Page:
Dr. Janet Travell and her research partner Dr. David Simons devoted their careers to trying to understand the science of muscle knots, and sharing their knowledge with other health care professionals. Her most important publication was the “big red books,” the massive two-volume textbook, Myofascial Pain and Dysfunction: The Trigger Point Manual (last edition published 1999). Dr. Travell served as President John F. Kennedy’s physician starting in 1961. She was the first female doctor to hold this position. Dr. Travell died in 1997. Although admirable and impressive, of course Dr. Travell probably was not perfect, and she may have become too impressed with her own ideas as her career progressed — an excellent example is described in Travell, Simons and Cargo Cult Science.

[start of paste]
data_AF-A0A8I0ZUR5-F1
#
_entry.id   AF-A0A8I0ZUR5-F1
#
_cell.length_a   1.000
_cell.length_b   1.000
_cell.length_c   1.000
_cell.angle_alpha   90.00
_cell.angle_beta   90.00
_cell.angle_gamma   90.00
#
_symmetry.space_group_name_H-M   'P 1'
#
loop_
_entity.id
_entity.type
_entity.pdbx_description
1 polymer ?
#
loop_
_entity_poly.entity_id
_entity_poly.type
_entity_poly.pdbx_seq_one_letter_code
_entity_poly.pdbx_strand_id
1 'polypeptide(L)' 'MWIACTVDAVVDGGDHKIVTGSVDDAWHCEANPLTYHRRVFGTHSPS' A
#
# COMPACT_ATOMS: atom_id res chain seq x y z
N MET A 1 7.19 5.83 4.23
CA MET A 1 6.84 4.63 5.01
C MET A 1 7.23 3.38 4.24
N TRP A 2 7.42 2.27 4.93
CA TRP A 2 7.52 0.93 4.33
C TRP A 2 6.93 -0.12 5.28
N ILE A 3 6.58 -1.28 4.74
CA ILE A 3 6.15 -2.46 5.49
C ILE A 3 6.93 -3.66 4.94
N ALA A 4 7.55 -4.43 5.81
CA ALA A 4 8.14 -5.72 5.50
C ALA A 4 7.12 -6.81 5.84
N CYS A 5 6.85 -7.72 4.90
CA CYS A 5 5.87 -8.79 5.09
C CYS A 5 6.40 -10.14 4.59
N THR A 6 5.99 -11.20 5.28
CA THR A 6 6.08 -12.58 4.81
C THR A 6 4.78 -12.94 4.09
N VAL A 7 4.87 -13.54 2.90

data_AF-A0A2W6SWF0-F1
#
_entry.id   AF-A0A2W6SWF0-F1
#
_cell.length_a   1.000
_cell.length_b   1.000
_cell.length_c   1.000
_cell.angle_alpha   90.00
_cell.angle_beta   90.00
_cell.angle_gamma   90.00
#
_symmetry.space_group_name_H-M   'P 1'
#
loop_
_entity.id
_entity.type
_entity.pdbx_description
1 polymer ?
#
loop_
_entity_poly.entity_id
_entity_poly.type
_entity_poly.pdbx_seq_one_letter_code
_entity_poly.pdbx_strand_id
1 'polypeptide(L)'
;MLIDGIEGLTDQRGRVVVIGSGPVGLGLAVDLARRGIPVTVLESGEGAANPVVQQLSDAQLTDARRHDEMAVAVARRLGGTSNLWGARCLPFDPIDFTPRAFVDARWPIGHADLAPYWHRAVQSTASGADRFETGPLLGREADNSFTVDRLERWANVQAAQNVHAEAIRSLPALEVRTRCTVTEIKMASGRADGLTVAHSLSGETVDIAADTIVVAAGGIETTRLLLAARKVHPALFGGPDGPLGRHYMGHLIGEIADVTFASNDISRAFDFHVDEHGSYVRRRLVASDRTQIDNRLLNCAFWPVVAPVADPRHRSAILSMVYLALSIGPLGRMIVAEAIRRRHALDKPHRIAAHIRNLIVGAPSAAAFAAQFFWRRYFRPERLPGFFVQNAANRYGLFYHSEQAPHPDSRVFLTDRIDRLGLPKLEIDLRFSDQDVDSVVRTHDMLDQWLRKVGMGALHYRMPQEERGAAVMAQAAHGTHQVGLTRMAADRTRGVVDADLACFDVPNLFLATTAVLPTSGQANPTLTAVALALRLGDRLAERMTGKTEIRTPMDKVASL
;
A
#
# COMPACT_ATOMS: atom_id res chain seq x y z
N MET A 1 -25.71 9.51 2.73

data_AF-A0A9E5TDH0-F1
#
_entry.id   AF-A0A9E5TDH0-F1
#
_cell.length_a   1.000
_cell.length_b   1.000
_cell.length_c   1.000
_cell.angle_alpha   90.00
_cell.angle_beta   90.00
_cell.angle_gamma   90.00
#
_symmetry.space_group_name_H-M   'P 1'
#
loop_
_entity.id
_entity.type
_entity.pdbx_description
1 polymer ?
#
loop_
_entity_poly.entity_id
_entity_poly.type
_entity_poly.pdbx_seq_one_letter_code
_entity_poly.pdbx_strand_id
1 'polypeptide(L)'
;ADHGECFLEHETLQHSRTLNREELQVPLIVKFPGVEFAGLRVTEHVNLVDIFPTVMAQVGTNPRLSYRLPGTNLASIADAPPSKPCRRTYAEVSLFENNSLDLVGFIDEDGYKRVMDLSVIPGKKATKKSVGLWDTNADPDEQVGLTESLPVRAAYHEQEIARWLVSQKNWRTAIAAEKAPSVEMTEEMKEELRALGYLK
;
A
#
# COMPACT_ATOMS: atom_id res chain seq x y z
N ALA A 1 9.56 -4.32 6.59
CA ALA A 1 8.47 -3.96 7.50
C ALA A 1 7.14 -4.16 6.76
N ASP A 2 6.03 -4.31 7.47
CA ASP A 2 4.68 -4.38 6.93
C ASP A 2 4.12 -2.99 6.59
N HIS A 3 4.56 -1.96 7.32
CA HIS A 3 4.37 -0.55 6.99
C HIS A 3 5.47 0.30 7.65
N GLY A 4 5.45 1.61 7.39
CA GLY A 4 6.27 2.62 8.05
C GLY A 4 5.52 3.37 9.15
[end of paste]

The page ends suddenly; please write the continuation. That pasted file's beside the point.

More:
- Pain is weird, often disconnected from clear causes, and surprisingly easy to modulate with virtually any reassurance or pleasant stimulus. If trigger points are a purely sensory phenomenon without much pathological substance, if there is no lesion in the tissue (or only a subtle one), if the problem is more about how the nervous system is mis-interpreting sensation in the area… then massage might be able to easily inspire a “reinterpretation.”
- Shah JP, Danoff JV, Desai MJ, et al. Biochemicals associated with pain and inflammation are elevated in sites near to and remote from active myofascial trigger points. Arch Phys Med Rehabil. 2008;89(1):16–23. PubMed #18164325 ❐
This significant paper demonstrates that the biochemical milieu of trigger points is acidic and contains many pain-causing metabolites. For much more information about this, see Toxic Muscle Knots.
(See more detailed commentary on this paper.)